In a non-limiting example, one or more intersection indicators can be displayed for an intersection between a trajectory of a medical device (for example, a stapler, an ultrasound transducer, medical imaging device, etc.) and an affected region (or trajectory of an affected region)

In a non-limiting example, one or more intersection indicators can be displayed for an intersection between a trajectory of a medical device (for example, a stapler, an ultrasound transducer, medical imaging device, etc.) and an axis, trajectory, or plane of a transecting knife.

In a non-limiting example, one or more intersection indicators can be displayed for an intersection between a trajectory of a ghost display object (for example, a ghost medical device, a ghost affected region, a ghost medical image, etc.), a stapler, an ultrasound transducer, medical imaging device, etc., and an a trajectory of another display object (for example, a medical device, an affected region, a medical image, etc.).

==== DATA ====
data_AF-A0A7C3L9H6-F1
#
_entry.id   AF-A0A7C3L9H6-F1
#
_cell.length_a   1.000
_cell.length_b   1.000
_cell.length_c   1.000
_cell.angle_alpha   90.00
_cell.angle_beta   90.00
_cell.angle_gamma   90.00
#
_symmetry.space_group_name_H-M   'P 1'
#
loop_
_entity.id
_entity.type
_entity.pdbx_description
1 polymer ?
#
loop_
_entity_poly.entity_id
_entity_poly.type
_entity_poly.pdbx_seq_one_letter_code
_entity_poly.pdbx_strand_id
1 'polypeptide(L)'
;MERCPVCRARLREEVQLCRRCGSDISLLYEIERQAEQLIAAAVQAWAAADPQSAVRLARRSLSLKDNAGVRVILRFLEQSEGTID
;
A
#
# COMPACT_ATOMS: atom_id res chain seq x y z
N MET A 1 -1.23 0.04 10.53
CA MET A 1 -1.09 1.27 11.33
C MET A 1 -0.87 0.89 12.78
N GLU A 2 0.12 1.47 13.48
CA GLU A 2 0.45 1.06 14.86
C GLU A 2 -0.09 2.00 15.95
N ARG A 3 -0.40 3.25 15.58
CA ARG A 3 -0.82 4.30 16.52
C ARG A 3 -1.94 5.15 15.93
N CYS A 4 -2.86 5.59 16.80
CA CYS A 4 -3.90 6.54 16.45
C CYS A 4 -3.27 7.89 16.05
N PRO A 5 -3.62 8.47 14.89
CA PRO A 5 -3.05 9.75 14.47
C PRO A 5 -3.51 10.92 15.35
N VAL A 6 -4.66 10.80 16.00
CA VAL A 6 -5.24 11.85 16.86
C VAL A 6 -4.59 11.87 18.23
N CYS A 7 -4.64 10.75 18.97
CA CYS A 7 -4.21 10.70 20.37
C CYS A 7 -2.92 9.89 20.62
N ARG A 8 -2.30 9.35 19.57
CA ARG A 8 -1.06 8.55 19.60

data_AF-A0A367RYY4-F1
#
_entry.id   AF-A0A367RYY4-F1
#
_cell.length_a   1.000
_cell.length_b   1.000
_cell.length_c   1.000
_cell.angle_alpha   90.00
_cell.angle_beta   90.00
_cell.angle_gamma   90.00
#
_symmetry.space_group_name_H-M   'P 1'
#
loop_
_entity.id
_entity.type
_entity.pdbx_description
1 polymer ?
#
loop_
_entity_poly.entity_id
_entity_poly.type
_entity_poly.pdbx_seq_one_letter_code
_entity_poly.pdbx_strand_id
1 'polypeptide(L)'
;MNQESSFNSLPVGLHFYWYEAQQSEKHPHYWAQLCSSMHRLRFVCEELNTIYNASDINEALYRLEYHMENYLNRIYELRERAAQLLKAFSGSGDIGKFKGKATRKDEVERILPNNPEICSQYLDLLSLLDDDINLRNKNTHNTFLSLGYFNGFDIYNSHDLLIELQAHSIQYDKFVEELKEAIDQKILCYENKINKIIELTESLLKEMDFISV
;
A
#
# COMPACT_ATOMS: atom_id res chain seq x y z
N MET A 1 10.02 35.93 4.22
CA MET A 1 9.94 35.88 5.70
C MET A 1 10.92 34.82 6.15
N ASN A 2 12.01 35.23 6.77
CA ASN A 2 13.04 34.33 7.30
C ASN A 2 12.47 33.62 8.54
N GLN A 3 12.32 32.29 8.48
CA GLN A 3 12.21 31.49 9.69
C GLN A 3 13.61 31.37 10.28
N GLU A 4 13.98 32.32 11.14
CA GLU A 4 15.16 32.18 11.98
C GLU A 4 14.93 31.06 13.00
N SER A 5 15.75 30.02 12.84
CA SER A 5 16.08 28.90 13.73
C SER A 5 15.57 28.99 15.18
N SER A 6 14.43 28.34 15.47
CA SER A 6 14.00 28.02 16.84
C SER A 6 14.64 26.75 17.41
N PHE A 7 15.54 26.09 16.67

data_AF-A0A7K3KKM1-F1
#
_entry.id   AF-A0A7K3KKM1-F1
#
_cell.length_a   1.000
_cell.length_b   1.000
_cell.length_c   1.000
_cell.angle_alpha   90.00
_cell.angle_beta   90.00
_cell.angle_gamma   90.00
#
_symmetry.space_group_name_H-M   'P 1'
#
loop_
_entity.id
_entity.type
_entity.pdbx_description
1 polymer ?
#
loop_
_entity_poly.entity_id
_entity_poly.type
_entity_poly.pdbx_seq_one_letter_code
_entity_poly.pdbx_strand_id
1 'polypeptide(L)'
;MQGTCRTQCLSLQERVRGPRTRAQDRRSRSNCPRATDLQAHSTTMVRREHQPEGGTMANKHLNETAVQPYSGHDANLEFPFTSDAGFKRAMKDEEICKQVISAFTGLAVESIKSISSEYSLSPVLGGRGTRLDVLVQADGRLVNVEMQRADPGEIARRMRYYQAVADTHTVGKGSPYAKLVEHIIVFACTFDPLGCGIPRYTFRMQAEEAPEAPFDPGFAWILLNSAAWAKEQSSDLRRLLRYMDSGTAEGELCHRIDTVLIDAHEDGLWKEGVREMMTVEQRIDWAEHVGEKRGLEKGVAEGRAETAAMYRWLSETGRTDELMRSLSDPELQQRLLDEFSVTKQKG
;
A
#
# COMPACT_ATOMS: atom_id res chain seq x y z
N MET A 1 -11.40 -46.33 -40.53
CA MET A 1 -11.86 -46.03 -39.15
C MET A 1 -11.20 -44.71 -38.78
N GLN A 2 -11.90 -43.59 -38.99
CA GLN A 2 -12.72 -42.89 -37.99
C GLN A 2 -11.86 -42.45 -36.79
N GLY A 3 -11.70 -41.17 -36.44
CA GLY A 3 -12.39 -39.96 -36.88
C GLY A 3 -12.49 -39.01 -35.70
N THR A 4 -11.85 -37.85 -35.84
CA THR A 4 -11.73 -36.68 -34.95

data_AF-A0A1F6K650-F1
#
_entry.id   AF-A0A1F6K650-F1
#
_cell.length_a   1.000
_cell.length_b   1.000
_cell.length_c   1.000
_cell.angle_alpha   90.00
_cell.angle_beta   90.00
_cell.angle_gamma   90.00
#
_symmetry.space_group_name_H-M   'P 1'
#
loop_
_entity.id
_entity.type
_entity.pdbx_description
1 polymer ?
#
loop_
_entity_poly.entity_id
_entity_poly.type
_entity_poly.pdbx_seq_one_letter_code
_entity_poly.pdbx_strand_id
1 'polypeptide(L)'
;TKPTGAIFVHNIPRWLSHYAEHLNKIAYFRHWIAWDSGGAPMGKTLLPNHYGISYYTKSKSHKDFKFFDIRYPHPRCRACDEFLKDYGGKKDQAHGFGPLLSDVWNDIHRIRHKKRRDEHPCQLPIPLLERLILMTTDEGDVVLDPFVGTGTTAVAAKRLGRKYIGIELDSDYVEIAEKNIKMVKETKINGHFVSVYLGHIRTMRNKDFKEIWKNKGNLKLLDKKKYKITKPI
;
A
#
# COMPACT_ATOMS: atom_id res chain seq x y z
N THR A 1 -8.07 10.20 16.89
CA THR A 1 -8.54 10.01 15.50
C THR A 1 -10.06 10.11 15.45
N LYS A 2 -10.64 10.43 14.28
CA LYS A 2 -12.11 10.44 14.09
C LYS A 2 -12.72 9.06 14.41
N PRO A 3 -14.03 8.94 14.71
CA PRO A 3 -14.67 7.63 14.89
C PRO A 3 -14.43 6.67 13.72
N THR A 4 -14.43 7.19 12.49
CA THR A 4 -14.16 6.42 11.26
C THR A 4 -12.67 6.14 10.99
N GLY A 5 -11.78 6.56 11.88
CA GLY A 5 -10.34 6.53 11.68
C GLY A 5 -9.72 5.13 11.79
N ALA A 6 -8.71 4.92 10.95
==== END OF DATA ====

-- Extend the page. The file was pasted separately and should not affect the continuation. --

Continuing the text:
At block 1316, the system 100 can cause a display to display a view of a virtual 3D scene including a perspective rendering of at least a portion of the first virtual medical device based at least in part on the determined emplacement of the first virtual medical device. In some embodiments, the 3D rendering of the at least a portion of the first virtual medical device includes at least a portion of the first limb member and at least a portion of the second limb member. However, it will be understood that the 3D rendering of the at least a portion of the first virtual medical device can include any portions of the first virtual device.